Rest In Peace: Antoine's Ambassador
Lachney did a short stint in the restaurant's kitchen, and another as a waiter's apprentice. "But he found his home at the door," Guste said. "And he loved it."
Managing the social stage that is dinner at Antoine's, a New Orleans institution since 1840, required the touch of a showman, and Lachney was a natural.
"It all started when he was a teenager," said Scott, "when he bought his first guitar, which was a 1953 Martin."
The Hank Williams fan became an accomplished singer and guitarist. As a young man, music stoked his ambitions. Lachney, Scott said, was invited to become a member of Ernest Tubb's Texas Troubadours. "He had to turn it down because my mom got pregnant," Scott said. "He used to DJ a radio show up in Alexandria when he was younger."
The maitre d' never left his music behind.
"It was not uncommon to see Clif around Jackson Square or some other popular part of the Quarter, playing his music with his hat out," Guste said.
"He'd play at Antoine's for customers who'd request it," Scott said.
Lachney, who in the past couple of years lost his wife and two of his five children, lived in a house near Lakefront Airport with his son Jeffrey, who, Scott said, "was never diagnosed or anything, but we feel he had a little Down syndrome. He didn't learn to walk until he was 10. He never got a really good education, but he was a smart kid."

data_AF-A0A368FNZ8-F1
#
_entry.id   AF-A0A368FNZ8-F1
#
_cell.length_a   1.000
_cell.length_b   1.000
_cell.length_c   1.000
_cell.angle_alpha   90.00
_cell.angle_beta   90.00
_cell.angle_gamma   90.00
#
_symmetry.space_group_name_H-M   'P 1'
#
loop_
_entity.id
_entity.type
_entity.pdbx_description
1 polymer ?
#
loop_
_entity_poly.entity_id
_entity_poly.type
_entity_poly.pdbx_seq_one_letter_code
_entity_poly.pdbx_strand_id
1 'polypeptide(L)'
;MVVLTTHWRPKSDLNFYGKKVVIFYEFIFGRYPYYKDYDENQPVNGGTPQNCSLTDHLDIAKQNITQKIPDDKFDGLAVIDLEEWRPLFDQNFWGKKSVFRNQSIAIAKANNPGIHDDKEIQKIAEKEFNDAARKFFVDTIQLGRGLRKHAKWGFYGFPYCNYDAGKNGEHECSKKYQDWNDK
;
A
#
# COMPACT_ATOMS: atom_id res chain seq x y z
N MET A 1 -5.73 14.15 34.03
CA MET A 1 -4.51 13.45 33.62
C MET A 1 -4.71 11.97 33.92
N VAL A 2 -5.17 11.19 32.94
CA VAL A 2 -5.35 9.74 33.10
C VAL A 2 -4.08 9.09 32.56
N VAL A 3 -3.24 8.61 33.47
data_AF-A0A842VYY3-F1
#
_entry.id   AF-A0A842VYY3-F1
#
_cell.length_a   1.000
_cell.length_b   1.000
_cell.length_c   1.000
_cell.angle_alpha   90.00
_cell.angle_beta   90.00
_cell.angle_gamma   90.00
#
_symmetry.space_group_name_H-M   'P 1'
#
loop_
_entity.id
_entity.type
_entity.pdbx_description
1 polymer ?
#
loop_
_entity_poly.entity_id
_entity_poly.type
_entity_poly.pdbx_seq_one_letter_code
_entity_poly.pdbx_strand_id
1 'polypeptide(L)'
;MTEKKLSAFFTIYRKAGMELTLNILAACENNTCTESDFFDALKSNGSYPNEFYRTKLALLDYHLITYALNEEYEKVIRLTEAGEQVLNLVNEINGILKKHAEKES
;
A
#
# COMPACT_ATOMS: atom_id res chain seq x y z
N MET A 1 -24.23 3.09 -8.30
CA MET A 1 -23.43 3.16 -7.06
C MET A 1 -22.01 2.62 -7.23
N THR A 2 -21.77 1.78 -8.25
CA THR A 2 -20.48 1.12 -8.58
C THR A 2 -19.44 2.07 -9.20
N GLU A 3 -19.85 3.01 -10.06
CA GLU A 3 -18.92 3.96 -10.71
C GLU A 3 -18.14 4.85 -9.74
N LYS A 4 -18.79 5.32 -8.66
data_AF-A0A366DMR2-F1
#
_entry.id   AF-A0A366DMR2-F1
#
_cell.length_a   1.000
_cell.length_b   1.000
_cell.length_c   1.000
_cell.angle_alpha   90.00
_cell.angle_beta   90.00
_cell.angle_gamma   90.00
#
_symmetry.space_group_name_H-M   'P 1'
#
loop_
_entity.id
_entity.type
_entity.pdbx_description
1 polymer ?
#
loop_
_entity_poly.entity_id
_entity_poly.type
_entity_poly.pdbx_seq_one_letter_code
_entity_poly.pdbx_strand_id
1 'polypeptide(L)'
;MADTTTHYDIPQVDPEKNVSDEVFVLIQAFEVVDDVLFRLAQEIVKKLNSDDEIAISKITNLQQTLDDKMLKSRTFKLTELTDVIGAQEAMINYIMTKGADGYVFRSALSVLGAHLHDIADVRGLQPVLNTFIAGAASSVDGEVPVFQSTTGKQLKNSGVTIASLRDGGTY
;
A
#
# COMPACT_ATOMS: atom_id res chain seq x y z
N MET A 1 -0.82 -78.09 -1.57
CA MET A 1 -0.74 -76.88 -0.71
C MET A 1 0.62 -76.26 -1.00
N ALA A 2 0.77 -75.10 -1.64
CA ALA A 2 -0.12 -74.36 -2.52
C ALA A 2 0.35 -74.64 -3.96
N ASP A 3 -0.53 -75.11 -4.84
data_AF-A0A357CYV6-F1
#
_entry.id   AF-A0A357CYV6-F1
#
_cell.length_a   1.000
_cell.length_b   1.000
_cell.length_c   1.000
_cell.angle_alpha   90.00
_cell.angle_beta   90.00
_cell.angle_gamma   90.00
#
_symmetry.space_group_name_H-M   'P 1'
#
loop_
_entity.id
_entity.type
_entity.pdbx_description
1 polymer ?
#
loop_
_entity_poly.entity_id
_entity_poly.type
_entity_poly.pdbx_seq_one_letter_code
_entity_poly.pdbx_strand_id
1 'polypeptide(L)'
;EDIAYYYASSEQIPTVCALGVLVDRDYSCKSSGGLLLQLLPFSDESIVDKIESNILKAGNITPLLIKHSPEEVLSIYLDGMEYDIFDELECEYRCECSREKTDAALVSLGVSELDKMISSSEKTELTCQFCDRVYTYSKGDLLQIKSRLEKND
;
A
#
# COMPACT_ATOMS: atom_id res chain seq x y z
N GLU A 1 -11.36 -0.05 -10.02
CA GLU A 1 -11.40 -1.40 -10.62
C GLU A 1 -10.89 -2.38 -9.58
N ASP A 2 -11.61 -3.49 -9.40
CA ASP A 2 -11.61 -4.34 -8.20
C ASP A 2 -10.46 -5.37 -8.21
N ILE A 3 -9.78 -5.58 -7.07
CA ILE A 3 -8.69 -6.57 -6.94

Clifton, who didn't drive, and Jeffrey rode out Katrina at their home. Scott's plans to drive to New Orleans were scuttled twice, first when Katrina passed near his Florida home, and again after the Crescent City flooded.
Scott last spoke with his father at 1 p.m. Aug. 29, when his dad reported two feet of water outside the house.
"He was still not wanting to go anywhere," Scott said. "He wasn't worried about it."
The markings spray-painted on the Lachney house after the storm indicated there was nobody inside. After weeks of calling, Scott said, he finally persuaded a rescue team to recheck.
Clifton Lachney, 71, and Jeffrey Lachney, 28, were both found dead.
When Antoine's, which was badly damaged by Katrina, reopens in the next couple of weeks, one of its 15 dining rooms will be named for Clifton Lachney, Antoine's Maitre d'.